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Key Features & Applications of Polyimide (PI)

Comprehensive Guide on Polyimide (PI)

Known for excellent thermal stability, polyimides (PI) perform well under elevated temperatures. They replace materials like glass, metals, and steel.

As an attractive dielectric material, polyimide finds use in electronics, aerospace, and automobiles.

Get more information about:
  • the chemistry behind polyimides and methods to synthesize them
  • key features that make this class of high-heat plastics unique from others
  • popular processing techniques and what are the areas they serve

Browse polyimides suitable for high-heat plastics.


Polyimides - What makes them popular?

Polyimides - What makes them popular?

Polyimides (PI) are high-performance polymers of imide monomers. They contain two acyl groups (C=O) bonded to nitrogen (N).

Typical performance profile

Polyimides exhibit an exceptional combination of:

The linearity and stiffness of the cyclic backbone allow molecular ordering. This phenomenon results in lower coefficients of thermal expansion. The CLTE values are lower than thermoplastics having coiled, flexible chains. Additionally, long, linear-ordered chains provide solvent resistance to aromatic polyimides.

The rigid structure of polyimides provides high glass transition temperature (Tg > 300°C). It also imparts good mechanical strength and high modulus.

Classification based on main chain constitution

Polyimides have been in mass production since 1955. They exist in two formats: thermosetting and thermoplastic. Depending upon the constitution of their main chain, PI can be classified as:

  1. Aromatic polyimides are derived from an aromatic dianhydride and diamine.

  2. Semi-aromatic ones contain any one of the monomer aromatics: i.e., either the dianhydride or diamine is aromatic, and the other part is aliphatic.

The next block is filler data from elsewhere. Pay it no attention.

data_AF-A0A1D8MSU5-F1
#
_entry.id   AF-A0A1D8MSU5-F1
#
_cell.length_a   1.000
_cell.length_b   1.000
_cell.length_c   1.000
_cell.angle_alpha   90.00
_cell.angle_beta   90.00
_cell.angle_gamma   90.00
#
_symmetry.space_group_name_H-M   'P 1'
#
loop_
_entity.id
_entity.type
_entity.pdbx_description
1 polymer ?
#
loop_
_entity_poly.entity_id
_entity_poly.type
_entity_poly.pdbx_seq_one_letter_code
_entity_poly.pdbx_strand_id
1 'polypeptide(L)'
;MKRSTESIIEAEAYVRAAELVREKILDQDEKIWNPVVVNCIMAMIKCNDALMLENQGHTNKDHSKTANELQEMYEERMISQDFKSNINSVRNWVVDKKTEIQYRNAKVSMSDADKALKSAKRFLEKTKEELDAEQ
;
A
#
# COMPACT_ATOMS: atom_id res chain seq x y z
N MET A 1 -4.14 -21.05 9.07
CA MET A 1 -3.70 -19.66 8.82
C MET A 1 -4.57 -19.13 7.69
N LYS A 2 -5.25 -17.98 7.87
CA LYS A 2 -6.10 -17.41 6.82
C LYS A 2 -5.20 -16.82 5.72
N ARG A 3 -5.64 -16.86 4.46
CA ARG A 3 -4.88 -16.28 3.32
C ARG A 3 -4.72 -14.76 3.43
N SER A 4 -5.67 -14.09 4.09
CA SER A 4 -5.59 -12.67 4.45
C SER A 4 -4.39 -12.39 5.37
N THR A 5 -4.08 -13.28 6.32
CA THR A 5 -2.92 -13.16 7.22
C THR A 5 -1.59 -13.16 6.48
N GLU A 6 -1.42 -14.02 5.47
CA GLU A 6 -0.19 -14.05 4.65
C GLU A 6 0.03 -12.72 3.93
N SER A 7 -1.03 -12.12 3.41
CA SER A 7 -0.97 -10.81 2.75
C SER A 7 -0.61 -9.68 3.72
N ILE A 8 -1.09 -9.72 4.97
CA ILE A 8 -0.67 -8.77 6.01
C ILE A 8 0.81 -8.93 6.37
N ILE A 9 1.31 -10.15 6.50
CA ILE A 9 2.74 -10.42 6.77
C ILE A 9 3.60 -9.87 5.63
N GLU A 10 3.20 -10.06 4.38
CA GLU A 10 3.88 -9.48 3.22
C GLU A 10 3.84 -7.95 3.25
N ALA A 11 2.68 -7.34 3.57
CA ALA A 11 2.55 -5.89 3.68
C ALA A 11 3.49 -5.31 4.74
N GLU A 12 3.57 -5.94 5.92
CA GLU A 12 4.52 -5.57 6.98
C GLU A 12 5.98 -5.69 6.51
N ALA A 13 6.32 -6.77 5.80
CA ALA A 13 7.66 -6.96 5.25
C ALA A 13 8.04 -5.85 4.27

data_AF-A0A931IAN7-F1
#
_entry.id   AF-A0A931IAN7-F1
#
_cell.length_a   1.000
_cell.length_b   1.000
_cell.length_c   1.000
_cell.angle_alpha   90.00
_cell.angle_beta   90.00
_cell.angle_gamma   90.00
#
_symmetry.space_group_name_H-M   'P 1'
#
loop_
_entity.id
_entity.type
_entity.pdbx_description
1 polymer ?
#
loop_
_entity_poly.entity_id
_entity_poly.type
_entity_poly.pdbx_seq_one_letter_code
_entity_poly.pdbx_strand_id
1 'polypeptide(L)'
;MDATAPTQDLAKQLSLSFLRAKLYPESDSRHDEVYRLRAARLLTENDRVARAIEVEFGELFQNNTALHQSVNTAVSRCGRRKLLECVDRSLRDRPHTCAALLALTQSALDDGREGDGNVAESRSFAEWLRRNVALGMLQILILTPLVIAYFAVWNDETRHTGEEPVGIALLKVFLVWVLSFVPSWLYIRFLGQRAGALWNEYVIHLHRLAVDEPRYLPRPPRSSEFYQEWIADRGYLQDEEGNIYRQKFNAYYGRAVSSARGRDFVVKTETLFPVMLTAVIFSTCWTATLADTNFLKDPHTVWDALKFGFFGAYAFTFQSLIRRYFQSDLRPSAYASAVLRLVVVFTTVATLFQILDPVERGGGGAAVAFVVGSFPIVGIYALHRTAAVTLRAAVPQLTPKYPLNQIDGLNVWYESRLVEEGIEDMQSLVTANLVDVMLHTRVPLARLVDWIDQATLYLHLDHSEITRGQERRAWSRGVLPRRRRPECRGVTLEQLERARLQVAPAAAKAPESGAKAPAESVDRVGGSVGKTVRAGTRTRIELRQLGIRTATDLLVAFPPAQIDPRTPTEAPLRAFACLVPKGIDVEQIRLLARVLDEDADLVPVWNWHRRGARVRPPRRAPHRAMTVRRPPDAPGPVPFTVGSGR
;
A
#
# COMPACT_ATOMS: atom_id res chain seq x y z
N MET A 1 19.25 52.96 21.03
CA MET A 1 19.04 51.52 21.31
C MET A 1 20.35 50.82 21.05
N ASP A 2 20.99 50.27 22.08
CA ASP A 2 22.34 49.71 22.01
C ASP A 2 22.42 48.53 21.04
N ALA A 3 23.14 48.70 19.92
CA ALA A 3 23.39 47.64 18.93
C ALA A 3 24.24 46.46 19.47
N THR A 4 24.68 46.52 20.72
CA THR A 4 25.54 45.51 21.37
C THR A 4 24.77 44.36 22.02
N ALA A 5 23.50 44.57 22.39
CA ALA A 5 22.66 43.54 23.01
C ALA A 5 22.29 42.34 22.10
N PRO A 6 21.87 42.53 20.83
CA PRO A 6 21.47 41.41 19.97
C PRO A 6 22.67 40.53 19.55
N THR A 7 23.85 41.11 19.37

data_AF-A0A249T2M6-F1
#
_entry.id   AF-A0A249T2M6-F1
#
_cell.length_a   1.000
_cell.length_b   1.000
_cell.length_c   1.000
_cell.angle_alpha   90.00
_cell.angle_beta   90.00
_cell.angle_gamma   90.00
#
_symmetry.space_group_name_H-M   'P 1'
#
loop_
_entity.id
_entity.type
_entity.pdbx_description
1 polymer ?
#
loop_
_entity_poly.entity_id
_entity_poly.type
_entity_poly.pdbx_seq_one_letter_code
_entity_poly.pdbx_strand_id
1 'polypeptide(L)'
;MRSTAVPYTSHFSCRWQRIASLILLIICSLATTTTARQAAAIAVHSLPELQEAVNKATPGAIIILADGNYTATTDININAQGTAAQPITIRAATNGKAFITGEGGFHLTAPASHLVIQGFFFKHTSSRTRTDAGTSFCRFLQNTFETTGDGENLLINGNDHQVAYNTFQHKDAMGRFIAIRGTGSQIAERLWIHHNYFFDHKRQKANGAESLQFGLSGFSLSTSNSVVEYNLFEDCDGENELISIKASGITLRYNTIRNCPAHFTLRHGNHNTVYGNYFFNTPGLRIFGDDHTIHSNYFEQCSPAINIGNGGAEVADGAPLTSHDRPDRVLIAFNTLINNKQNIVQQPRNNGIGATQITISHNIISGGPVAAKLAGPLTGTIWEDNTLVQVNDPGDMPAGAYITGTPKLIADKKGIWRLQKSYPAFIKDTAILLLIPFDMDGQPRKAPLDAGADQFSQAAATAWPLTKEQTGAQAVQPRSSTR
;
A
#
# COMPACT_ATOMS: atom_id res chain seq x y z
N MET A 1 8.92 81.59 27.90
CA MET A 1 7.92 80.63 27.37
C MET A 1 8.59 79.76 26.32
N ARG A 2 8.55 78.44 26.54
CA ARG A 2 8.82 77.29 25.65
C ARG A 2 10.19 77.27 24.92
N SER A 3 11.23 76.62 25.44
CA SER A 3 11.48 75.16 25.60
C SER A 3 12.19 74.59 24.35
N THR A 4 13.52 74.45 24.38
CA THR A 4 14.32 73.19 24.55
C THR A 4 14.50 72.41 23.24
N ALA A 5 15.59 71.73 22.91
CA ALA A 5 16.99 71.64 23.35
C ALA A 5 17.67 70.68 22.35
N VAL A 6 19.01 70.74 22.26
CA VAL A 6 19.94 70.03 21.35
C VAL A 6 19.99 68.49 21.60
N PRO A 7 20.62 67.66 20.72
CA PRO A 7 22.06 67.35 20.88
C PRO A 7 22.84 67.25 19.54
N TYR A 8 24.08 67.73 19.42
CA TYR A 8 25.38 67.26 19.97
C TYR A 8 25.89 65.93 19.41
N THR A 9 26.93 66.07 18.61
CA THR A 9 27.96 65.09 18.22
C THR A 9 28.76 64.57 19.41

3. Aliphatic polyimides consist of the polymers formed as a result of the combination of aliphatic dianhydride and diamine.

Molecular Structure of Aromatic Polyimide
Molecular Structure of Aromatic Polyimide

Aromatic Heterocyclic Polyimide (L); Linear Polyimide (R)
Aromatic Heterocyclic Polyimide (L); Linear Polyimide (R)

Key applications served

Polyimides offer excellent mechanical properties. And thus, they find use in applications that demand rugged organic materials, e.g.,

  • High-temperature fuel cells
  • Flat panel display
  • Aerospace applications
  • Chemical and environmental industries, and
  • Military applications

Available for use as plastics, films, laminating resins, insulating coatings, and high-temperature structural adhesives. They replace conventional glass, metals, and even steel in many industrial applications.

How to synthesize polyimides?

How to synthesize polyimides?

The synthesis of polyimides takes place by adding heterocyclic rings into the polymer chain. These inert imide rings are highly stable and rigid. The presence of the ring and high interchain interaction results in high cohesion among polymer chains. This further imparts high thermal stability in the polymer.

The classical method of polyimide synthesis is by reaction of a dianhydride and a diamine.

The synthesis of aromatic polyimides was first reported in 1908. But, significant advances in PI synthesis and processing were not realized. This is due to the lack of processability via melt polymerization. In the early 1960s, DuPont was the first company to produce polyimide commercially. It was based on pyromellitic dianhydride and 4,4’diaminodiphenyl ether.

Classical method of polyimide synthesis is by reaction of a dianhydride and a diamine

This type of reaction consisted of two steps:

STEP 1 - Solution polycondensation of an aromatic diamine and a dianhydride to form poly(amic acid).
STEP 2 - Poly(amic acid) could be processed into a useful shape. This is followed by cyclodehydration of the amide acid to form polyimide.

Most polyimides are infusible and insoluble. This is due to their planar aromatic and hetero-aromatic structures. Thus, they usually need to be processed from the solvent route. This method provided the first such solvent-based route to process these polyimides.

By adding aromatic rings in the backbone and/or side groups of PI, thermal stability can be further improved. The nature of the chemical structure consisting of rigid imide and aromatic rings always provides: